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Friday, July 5
Park tiring of job insecurity
Because DEI has yet to tell Park if they want him after his contract expires at the end of the year, Park believes he'll be the consolation prize should the organization not be able to find a suitable replacement.
''They have not given me an indication, so I still feel like I am their second choice and I refuse to be put in that situation,'' Park said. ''If they have ideas or Plan A of what they want and it doesn't work out, I'm not going to be around for them to fall back on.
''All I read about is Steve Park is hanging on to his job and I'm fed up. ... I have to look out for what's good for me.''
Park is looking for a fresh start when he rolls out from the eighth position in Saturday night's Pepsi 400 at Daytona International Speedway.
His team has yet to return to the level it was at before Park suffered a severe head injury in a wreck last September. His best finish was 20th at Texas in April and he's 39th in the points.
He knows his job status is on shaky ground -- teammate Dale Earnhardt Jr. said Thursday that Park's performance ''has leveled off, and that's not acceptable.''
But if DEI plans to let him go, Park just wants to know so he can start planning for his future. He said he talked broadly with management about a one-year deal, but wasn't interested.
''With a one-year deal, this time next year we'll be in the same exact boat and that doesn't interest me,'' Park said. ''Either I'm the driver and you have the confidence that I can get the job done or get somebody else.''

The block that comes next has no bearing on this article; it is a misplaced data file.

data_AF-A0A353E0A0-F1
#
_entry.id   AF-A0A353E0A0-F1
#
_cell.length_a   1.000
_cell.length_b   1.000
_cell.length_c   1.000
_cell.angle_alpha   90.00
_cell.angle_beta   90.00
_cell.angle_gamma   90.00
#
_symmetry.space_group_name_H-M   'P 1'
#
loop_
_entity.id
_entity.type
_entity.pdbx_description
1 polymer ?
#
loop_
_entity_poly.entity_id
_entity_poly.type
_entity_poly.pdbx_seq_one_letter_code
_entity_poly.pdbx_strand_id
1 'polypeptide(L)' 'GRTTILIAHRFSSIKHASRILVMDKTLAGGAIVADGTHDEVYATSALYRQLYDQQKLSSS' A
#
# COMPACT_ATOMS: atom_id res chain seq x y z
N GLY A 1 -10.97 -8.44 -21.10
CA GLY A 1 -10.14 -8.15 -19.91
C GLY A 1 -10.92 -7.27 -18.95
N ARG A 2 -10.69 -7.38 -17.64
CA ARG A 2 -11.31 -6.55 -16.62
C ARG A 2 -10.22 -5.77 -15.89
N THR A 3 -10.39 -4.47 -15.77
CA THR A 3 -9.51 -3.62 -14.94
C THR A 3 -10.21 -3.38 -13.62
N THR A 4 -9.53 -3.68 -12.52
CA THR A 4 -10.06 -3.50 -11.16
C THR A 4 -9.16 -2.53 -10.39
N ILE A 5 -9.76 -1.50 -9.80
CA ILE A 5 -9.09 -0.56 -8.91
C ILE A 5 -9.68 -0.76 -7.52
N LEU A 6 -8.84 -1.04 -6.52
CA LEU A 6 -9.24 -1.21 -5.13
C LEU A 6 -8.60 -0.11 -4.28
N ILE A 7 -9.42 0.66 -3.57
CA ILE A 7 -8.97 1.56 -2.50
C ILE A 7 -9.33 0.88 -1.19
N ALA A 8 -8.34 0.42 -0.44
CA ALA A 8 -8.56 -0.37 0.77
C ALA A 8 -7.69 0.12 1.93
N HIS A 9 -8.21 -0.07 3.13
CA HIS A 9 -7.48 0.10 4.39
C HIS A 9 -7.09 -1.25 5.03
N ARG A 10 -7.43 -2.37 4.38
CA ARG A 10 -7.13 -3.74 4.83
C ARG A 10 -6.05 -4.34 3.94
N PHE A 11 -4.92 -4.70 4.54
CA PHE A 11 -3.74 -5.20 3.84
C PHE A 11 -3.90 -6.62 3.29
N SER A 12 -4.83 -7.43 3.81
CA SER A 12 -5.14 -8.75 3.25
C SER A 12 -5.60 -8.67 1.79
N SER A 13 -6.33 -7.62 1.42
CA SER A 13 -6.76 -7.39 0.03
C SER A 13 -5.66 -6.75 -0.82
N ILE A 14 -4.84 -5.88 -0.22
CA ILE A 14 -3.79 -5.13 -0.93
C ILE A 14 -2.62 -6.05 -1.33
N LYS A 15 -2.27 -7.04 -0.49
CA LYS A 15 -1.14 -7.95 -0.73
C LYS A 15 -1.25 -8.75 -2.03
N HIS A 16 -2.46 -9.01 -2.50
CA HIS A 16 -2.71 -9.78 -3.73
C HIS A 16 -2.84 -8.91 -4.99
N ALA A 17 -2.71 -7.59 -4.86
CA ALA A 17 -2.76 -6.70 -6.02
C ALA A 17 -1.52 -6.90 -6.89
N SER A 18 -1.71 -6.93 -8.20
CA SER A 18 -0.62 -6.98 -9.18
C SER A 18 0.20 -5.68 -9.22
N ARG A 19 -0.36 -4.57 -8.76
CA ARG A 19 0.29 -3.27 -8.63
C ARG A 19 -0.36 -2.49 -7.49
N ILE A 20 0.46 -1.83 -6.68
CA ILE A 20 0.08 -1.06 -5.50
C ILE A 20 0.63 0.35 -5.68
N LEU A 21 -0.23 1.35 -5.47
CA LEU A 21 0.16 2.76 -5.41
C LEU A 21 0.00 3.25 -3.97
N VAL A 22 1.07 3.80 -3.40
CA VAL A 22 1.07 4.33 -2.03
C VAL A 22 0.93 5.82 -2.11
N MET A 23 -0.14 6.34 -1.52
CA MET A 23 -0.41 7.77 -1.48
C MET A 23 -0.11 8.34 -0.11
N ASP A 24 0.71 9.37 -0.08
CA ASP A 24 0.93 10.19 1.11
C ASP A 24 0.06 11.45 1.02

Ty Norris, executive vice president of DEI, said the organization is close to making a final decision on Park.
''We're giving him every opportunity to still be here,'' Norris said. ''Everything we can do.''
Park is adamant he has nothing to prove to the organization. He won two races for DEI before his injury, which affected his speech and his vision.
His eyesight has long healed and his speech, which can be deliberate and cause him to slur, has also markedly improved. So Park thinks he's become the fall guy for all of DEI's current struggles. Michael Waltrip, whose contract is also up at the end of the year, is 14th in the points and Earnhardt Jr. is 16th.
''What do I have to prove? It's not about Steve Park, I've got the fire and confidence in myself to win races,'' he said. ''I think DEI is struggling for the answer ... and I'm sick and tired of the fingers being pointed at me because Steve Park hit his head. That's the easiest thing to do and to me it's a cop-out.''
What frustrates Park the most is the uncertainty that he thinks is bred from a lack of a leader at DEI. Earnhardt Jr. has touched upon that, noting that there's been no clear front-man since Dale Earnhardt died last year. His widow, Teresa, now runs the business.
It makes Park long for his old boss, who had a no-nonsense, straightforward approach to business. Park was Earnhardt's first Winston Cup driver before the expansion to three teams.
''Right now, with contract re-negotiation, I just miss him to death,'' he said. ''When I first got hurt, I thought I wanted to be here ... I was so loyal to what Dale started and what Teresa has maintained.
''Now I feel strung around. All that's telling me is that they are trying to put something in place and if that works out, they'll do that. If not, then Steve Park will drive the car. That makes you second-rate and I don't feel like I'm second-rate.''Send this story to a friend | Most sent stories
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